Six months ago, India was in crisis. Critically ill Covid-19 patients were being turned away from hospitals. Doctors were collapsing from exhaustion. And the virus was spreading through crowded slums, home to millions of the country’s poorest people.
Today, the country looks very different. Daily new cases have plummeted, dropping from a peak of over 90,000 infections in September down to just over 10,000 a day in February. On February 9, the capital Delhi reported zero virus deaths for the first time in nearly nine months, according to COVID19INDIA, a website that crowdsources Covid-19 data from official sources.
This has all happened without drastic measures such as circuit-breaker lockdowns, which have been used in places like New Zealand and Australia to get outbreaks under control. The Indian government is still implementing certain social distancing restrictions and has scrambled to assist overstretched hospitals – but the economy has reopened, domestic travel has resumed, and people are largely going about their daily lives.
The recovery likely isn’t due to vaccinations, either. India has started its vaccination program, with the goal of inoculating 300 million people by August, but it’s still lagging compared to wealthier nations. So far, the country has administered less than one dose per 100 people, according to Our World In Data, a data aggregation website run by researchers at the University of Oxford.
To put that in perspective, the rate is closer to 27 doses per 100 people in the United Kingdom and 19 doses per 100 people in the United States.
Experts speculate that several factors are likely behind the decline in India’s case numbers, such as the country’s younger population or the possibility of rising immunity in urban areas.
But there’s also the possibility that the case count doesn’t reflect reality. Testing rates have fallen slightly, which could mean more cases are going undetected. In September, the country was conducting more than 1 million tests per day. In February, the number has fallen to between 600,000 to 800,000 a day, according to data from the Indian Council of Medical Research (ICMR), the government’s biomedical research institute.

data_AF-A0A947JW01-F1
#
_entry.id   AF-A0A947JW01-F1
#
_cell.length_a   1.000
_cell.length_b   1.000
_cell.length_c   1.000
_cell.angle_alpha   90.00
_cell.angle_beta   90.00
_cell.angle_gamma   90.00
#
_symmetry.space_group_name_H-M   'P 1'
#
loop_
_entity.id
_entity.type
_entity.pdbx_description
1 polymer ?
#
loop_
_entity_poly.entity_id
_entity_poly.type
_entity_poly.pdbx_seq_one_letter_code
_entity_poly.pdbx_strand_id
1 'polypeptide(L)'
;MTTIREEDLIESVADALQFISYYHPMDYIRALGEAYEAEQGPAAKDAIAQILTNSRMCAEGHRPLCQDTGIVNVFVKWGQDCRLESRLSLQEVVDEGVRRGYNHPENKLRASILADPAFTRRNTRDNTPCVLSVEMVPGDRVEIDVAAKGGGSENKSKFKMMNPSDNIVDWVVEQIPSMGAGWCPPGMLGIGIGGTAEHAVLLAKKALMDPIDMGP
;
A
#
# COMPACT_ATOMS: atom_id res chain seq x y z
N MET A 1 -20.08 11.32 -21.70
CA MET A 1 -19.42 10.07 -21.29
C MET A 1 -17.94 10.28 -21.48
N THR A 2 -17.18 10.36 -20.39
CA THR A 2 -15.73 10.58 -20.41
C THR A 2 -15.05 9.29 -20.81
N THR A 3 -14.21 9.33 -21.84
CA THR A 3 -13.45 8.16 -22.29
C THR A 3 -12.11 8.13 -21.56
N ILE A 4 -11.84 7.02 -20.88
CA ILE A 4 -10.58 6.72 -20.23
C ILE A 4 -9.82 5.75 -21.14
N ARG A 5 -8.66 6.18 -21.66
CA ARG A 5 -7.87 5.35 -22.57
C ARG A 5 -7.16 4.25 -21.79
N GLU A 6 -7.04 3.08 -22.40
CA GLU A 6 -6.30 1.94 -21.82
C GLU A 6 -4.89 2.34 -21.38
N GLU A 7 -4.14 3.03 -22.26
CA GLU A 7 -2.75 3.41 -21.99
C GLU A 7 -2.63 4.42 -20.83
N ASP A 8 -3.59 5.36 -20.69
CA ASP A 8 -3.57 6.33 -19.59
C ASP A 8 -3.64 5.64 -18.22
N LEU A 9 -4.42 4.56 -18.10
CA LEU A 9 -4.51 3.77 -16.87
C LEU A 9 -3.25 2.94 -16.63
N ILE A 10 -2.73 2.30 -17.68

And the test positivity rate – meaning how many people are testing positive out of all tests conducted – was still hovering at nearly 6% this January and above 5% by late February. A high positivity rate may suggest that the country isn’t testing widely enough; under World Health Organization guidance, countries’ test positivity rates should be at 5% or lower for two weeks before reopening.
Some experts warn that the low case numbers are more cause for caution than celebration – and that people can’t let their guard down, especially as new, potentially more contagious variants spread internationally.
Immunity in big cities
One factor behind the drop in cases could be a rise in people with antibodies, since there are “large numbers of people exposed to infection and thus protected,” said Shahid Jameel, a virologist and director of Ashoka University’s Trivedi School of Biosciences.
Researchers are still studying Covid-19 and how its immunity works. But a US study published in Science earlier this month suggested that after contracting the virus and developing antibodies, patients could be protected against catching it again for at least eight months.
India has reported more than 11 million cases and 156,000 deaths since the pandemic started, according to a tally by Johns Hopkins University.
And national serological surveys that test for antibodies show a sharp rise in various parts of the country. The latest of three surveys conducted by the ICMR, showed a nearly 22% antibody positivity rate in December and January – more than three times higher than last August and September, when an earlier survey found a rate of 6-7%.
The rate is even higher in crowded cities. The August-September survey suggested more than half the residents in Mumbai slums may have been infected before. And more than half of the population in Delhi has been infected with Covid-19, according to a serosurvey conducted by the Delhi government in January.
“This is a huge increase,” community medicine specialist Dr. Hemant Shewade said, adding that big cities may see “considerably reduced” transmission due to the rise in immunity.